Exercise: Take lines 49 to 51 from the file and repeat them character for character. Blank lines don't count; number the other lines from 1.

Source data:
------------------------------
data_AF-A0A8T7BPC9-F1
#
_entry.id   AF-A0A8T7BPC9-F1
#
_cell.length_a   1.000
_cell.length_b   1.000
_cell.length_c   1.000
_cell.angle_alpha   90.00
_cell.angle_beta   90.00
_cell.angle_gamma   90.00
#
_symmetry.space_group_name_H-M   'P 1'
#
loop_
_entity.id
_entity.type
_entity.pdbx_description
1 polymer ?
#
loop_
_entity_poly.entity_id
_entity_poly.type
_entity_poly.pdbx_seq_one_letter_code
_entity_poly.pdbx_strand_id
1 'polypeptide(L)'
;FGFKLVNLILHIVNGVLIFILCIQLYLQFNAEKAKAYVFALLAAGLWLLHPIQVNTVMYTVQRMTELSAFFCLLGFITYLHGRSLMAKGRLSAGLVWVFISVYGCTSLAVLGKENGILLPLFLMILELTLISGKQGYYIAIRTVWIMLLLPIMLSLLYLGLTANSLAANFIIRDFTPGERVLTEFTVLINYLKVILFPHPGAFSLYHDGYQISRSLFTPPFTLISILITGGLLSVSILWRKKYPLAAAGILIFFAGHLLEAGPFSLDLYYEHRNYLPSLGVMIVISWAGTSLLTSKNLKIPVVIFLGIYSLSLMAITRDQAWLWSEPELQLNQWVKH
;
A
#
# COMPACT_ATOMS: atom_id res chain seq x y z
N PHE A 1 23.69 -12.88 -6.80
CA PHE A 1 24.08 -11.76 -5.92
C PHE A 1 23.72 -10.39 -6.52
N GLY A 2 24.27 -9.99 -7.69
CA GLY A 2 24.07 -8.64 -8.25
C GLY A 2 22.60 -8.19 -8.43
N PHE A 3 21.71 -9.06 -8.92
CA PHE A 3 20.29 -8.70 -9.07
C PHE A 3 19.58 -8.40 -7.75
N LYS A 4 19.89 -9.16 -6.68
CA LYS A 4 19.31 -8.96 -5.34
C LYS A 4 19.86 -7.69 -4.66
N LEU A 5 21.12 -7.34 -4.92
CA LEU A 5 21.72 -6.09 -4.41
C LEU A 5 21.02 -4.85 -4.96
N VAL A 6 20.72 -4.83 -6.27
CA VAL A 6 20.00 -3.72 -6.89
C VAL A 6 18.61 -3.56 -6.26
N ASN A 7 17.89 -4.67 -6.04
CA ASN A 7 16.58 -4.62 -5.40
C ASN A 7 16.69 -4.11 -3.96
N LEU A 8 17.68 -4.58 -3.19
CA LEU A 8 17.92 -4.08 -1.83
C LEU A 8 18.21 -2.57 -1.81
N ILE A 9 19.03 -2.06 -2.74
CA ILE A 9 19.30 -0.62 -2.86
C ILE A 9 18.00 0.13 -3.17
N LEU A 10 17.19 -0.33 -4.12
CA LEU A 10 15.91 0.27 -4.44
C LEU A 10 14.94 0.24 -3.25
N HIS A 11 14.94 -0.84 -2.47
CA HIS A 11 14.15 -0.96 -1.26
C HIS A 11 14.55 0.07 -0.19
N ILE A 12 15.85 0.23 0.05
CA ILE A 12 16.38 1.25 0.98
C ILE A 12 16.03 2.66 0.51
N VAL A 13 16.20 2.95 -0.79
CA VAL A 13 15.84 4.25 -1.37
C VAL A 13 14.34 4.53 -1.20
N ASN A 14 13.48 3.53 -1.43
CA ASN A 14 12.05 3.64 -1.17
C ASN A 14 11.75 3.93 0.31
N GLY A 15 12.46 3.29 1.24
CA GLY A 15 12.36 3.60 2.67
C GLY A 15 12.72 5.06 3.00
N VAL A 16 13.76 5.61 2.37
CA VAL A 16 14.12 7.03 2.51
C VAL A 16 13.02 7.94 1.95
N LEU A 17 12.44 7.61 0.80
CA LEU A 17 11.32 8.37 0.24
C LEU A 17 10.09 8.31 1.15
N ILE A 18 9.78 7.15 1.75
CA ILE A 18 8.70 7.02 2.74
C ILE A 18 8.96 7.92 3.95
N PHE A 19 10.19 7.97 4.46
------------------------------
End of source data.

N ASN A 7 17.89 -4.67 -6.04
CA ASN A 7 16.58 -4.62 -5.40
C ASN A 7 16.69 -4.11 -3.96